Catch a rising tide.
Companies like Google, Yahoo and Amazon all rode the first wave of the Internet. Facebook, Instagram and Airbnb rode the second wave. The third wave is wearables and smart things (the internet of things). These are going to disrupt the way we live, learn, and play, and opportunities abound for applications that will make these part of our everyday lives.
Indicators of this rising tide include Facebook’s recent acquisition of Oculus Rift, a Virtual Reality device, for $2 billion. Every major tech company from Microsoft to Apple, Google and Samsung have already revealed their VR product or plan. My company, Next Galaxy Corp – a virtual reality content hub and maker of the first VR Audio Headphone and Controller (Ceekars) — was recently at the Consumer Electronic Show (CES), and we were surprised to have a line around the corner the whole time we were there, with the likes of Paramount Pictures, Google, Amazon, Samsung and many others dropping by for discussions. When you’re in the midst of a rising tide, you can feel the excitement.
Caprino: So, you’ve come up with a great idea, and you’ve got your surf board out ready to ride the next wave. When and how do you get the funding to set the world ablaze?
Spio: Today there are a variety of options for getting good ideas funded.
Accelerators — An accelerator is a program or company that helps businesses – mainly startups – connect to success. Many accelerators make financial investments, while others provide valuable resources and connections. Accelerators like YCombinator have helped startups such as Dropbox, Airbnb, Heroku, Reddit and Scribd get off the ground. The founders of these massively successful companies then pay if forward by helping new members, making an accelerator such as YCombinator infinitely valuable. There are specialized accelerators and funds for women and minorities that are typically much easier to get into – a great way to cut the line and still have access to decision makers at places that you ordinarily couldn’t access.
A few other standout accelerators are TechStars – the original tech accelerator. Newme is an accelerator for minorities. While NewMe doesn’t give funds directly, it facilitates the process and has backers such as Google for Entrepreneurs. A good accelerator has great alum companies, can make direct investments and connect you to opportunity. Women and minorities don’t have to look for specific accelerators, but can still get preferential treatment at mainstream accelerators that are looking to close the funding gap.
Crowd Funding Sites – Angel.co, Kickstarter and Indigogo are some of the most well-known crowd funding sites. There is a whole process to getting funding on these sites. Angel.co allows you to connect with notable angel investors – something that just a few years ago was limited to only a few people.
VC’s and Funds – There are loads of funds that are looking to back women and minority owned businesses. There are a few steps to getting funded, whether you’re going through a crowd fund or an angel.
The top indicators that they all look for in viable companies worth investments are the following:
1. Traction – Traction comes in the form of people needing your offering. This could be other companies that have signed agreements or paid for your services; or it could be the fast growth of users, particularly ones who are willing to pay, tell their friends, and have a reason to keep coming back to use your product.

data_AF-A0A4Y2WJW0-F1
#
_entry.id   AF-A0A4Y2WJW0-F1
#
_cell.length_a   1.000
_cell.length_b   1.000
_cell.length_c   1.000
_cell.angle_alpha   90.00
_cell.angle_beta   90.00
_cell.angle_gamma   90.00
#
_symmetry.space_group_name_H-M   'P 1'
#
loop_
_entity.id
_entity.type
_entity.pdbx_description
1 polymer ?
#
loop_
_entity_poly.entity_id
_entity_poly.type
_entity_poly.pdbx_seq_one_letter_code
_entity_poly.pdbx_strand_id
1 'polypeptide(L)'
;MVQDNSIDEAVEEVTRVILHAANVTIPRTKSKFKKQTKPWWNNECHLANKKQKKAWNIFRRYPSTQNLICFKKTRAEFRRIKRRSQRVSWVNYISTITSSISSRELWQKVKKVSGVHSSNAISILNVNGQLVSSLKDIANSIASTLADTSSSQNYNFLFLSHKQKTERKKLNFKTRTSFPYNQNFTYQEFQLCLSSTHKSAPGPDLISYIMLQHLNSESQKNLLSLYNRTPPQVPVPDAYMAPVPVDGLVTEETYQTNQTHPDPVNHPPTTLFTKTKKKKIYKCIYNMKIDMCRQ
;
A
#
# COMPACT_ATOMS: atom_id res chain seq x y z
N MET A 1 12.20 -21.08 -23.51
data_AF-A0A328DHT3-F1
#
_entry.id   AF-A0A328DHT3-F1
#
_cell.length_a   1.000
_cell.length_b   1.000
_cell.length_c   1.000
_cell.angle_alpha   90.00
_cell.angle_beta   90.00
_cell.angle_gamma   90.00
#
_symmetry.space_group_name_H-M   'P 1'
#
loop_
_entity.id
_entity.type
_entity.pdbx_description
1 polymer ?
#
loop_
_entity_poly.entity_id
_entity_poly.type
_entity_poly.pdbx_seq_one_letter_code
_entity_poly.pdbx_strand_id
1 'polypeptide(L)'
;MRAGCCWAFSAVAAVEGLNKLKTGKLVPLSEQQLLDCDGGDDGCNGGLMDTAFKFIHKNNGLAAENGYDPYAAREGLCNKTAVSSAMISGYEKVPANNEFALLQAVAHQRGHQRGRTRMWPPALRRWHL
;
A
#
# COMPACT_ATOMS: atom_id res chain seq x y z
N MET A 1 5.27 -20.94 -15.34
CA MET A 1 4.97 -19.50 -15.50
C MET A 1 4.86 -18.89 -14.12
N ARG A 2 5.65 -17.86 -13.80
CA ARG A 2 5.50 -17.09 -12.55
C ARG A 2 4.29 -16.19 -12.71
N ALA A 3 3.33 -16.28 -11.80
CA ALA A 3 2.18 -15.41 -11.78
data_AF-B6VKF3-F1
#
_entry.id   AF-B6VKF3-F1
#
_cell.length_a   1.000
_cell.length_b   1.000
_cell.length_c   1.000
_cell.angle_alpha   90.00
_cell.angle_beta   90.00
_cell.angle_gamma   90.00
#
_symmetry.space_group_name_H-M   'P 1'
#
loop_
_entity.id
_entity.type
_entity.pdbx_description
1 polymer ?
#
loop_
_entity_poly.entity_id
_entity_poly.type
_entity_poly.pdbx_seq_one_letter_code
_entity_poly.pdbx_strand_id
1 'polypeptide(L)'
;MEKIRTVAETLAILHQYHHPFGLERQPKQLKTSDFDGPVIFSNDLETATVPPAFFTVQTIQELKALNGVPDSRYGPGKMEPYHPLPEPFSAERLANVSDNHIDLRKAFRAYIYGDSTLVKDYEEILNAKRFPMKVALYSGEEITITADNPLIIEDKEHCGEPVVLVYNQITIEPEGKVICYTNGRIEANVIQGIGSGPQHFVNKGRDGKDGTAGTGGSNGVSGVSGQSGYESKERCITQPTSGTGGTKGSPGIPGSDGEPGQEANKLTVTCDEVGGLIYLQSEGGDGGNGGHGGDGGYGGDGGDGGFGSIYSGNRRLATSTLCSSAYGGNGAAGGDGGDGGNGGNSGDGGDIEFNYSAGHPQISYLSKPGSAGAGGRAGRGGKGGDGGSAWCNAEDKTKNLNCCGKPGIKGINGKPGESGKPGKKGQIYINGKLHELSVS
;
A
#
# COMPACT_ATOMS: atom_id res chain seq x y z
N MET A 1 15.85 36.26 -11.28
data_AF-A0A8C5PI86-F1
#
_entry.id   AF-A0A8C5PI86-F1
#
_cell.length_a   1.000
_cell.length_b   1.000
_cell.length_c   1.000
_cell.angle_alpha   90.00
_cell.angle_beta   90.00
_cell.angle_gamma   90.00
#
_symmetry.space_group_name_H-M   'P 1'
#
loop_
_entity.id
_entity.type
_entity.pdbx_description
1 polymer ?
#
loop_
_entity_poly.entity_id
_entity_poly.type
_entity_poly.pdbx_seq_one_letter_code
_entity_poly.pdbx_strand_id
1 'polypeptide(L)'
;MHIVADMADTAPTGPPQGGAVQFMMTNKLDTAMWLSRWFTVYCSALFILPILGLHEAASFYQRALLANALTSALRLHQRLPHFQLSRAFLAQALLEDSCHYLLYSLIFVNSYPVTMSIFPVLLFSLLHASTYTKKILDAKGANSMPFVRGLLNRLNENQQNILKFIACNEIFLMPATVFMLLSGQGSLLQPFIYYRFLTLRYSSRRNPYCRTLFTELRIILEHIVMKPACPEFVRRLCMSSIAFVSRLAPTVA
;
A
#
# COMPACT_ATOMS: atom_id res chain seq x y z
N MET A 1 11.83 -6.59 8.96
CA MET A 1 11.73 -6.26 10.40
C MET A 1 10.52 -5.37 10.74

2. Good Guys. Many investors will tell you that they don’t invest in companies, they invest in people. The keys that unlock uncommon success are always tied to another hand; and sometimes that help comes from the most unlikely sources. So build your network of good guys that can provide you access to the people who can help you change your game.
The best way to build your army of good guys is to attend keystone industry event where the best of the best congregate, share and truly embrace everyone. My top recommendations for must-attend conferences (if you have a desire to launch a tech venture) are StartUp Grind – the annual conference, The BIG (Business Innovation and Growth) Summit, Google IO, Facebook, Samsung Developer Conference and Microsoft Ignite. While most of these are developer conferences, they usually have a very good view of where tech is going and the best opportunities, as well a chance to meet some great friends and good guys.
The door is wide open for anyone anywhere to change the game. Investors around the globe are getting the memo, which means you have to get in now, not later, be willing to work hard and play hard, and make no excuses – just magic.
For more about Mary Spio, visit www.maryspio.com.
Kathy Caprino, M.A. is a nationally-recognized career success coach, writer, trainer and speaker dedicated to the advancement of women in business. She is the author of Breakdown, Breakthrough:The Professional Woman’s Guide to Claiming a Life of Passion, Power and Purpose, and Founder/President of Ellia Communications, Inc. and the Amazing Career Project, focused on helping professional women build successful, rewarding careers of significance. A Forbes, Huffington Post and LinkedIn contributor and top media source on women’s career and workplace issues, she has appeared in over 100 leading newspapers and magazines and on national radio and television. For more information, visit www.kathycaprino.com and connect with Kathy on: Twitter, FB, LinkedIn.
This article originally appeared in Forbes.
Photo Courtesy of africancelebs.com.
The exhibit finally made its way to Atlanta, calling MODA home until January 4th, 2015.
“With the exception of color additives and a few prohibited ingredients, a cosmetic manufacturer may, on his own responsibility, use essentially any raw material as a cosmetic ingredient and market that product without approval. French says, ‘Our models have worked on everything from Calvin Klein to Italian Vogue,” he